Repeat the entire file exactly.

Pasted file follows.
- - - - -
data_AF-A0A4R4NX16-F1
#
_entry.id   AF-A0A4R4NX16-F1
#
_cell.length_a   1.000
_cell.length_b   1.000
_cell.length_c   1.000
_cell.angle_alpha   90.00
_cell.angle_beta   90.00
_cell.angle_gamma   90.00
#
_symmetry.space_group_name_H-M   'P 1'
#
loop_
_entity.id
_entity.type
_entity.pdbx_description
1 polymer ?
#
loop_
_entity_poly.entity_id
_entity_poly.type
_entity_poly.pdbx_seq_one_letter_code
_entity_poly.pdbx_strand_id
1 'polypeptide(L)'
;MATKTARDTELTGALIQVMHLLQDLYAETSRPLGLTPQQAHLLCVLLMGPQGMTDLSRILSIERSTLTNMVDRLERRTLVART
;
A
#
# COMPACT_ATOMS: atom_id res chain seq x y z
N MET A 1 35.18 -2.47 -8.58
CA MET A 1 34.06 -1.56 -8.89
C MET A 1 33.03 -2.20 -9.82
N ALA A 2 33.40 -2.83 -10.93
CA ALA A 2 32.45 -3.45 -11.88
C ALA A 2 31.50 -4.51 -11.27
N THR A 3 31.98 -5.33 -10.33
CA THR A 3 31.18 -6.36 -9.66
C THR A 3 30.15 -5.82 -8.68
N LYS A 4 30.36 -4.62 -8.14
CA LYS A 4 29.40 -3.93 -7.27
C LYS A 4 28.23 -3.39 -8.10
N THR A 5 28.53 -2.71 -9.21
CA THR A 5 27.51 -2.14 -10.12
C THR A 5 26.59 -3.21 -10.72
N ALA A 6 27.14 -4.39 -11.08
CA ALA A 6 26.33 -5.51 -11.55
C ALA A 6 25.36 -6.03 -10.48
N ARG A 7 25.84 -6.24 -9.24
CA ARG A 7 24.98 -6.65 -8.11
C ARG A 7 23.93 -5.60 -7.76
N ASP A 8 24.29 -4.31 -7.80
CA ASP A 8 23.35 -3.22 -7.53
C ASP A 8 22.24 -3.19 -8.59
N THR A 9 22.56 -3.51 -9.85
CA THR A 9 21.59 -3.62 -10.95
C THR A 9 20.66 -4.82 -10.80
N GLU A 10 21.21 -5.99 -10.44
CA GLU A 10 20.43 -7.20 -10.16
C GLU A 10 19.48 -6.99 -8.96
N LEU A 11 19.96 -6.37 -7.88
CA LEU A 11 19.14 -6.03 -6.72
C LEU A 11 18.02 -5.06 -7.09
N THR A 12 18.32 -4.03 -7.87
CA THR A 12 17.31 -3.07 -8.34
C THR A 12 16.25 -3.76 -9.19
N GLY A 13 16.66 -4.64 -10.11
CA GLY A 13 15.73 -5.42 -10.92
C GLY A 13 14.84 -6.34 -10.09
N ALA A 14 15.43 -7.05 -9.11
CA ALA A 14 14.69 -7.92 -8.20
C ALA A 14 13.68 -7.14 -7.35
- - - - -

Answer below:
data_AF-A0A4R4NX16-F1
#
_entry.id   AF-A0A4R4NX16-F1
#
_cell.length_a   1.000
_cell.length_b   1.000
_cell.length_c   1.000
_cell.angle_alpha   90.00
_cell.angle_beta   90.00
_cell.angle_gamma   90.00
#
_symmetry.space_group_name_H-M   'P 1'
#
loop_
_entity.id
_entity.type
_entity.pdbx_description
1 polymer ?
#
loop_
_entity_poly.entity_id
_entity_poly.type
_entity_poly.pdbx_seq_one_letter_code
_entity_poly.pdbx_strand_id
1 'polypeptide(L)'
;MATKTARDTELTGALIQVMHLLQDLYAETSRPLGLTPQQAHLLCVLLMGPQGMTDLSRILSIERSTLTNMVDRLERRTLVART
;
A
#
# COMPACT_ATOMS: atom_id res chain seq x y z
N MET A 1 35.18 -2.47 -8.58
CA MET A 1 34.06 -1.56 -8.89
C MET A 1 33.03 -2.20 -9.82
N ALA A 2 33.40 -2.83 -10.93
CA ALA A 2 32.45 -3.45 -11.88
C ALA A 2 31.50 -4.51 -11.27
N THR A 3 31.98 -5.33 -10.33
CA THR A 3 31.18 -6.36 -9.66
C THR A 3 30.15 -5.82 -8.68
N LYS A 4 30.36 -4.62 -8.14
CA LYS A 4 29.40 -3.93 -7.27
C LYS A 4 28.23 -3.39 -8.10
N THR A 5 28.53 -2.71 -9.21
CA THR A 5 27.51 -2.14 -10.12
C THR A 5 26.59 -3.21 -10.72
N ALA A 6 27.14 -4.39 -11.08
CA ALA A 6 26.33 -5.51 -11.55
C ALA A 6 25.36 -6.03 -10.48
N ARG A 7 25.84 -6.24 -9.24
CA ARG A 7 24.98 -6.65 -8.11
C ARG A 7 23.93 -5.60 -7.76
N ASP A 8 24.29 -4.31 -7.80
CA ASP A 8 23.35 -3.22 -7.53
C ASP A 8 22.24 -3.19 -8.59
N THR A 9 22.56 -3.51 -9.85
CA THR A 9 21.59 -3.62 -10.95
C THR A 9 20.66 -4.82 -10.80
N GLU A 10 21.21 -5.99 -10.44
CA GLU A 10 20.43 -7.20 -10.16
C GLU A 10 19.48 -6.99 -8.96
N LEU A 11 19.96 -6.37 -7.88
CA LEU A 11 19.14 -6.03 -6.72
C LEU A 11 18.02 -5.06 -7.09
N THR A 12 18.32 -4.03 -7.87
CA THR A 12 17.31 -3.07 -8.34
C THR A 12 16.25 -3.76 -9.19
N GLY A 13 16.66 -4.64 -10.11
CA GLY A 13 15.73 -5.42 -10.92
C GLY A 13 14.84 -6.34 -10.09
N ALA A 14 15.43 -7.05 -9.11
CA ALA A 14 14.69 -7.92 -8.20
C ALA A 14 13.68 -7.14 -7.35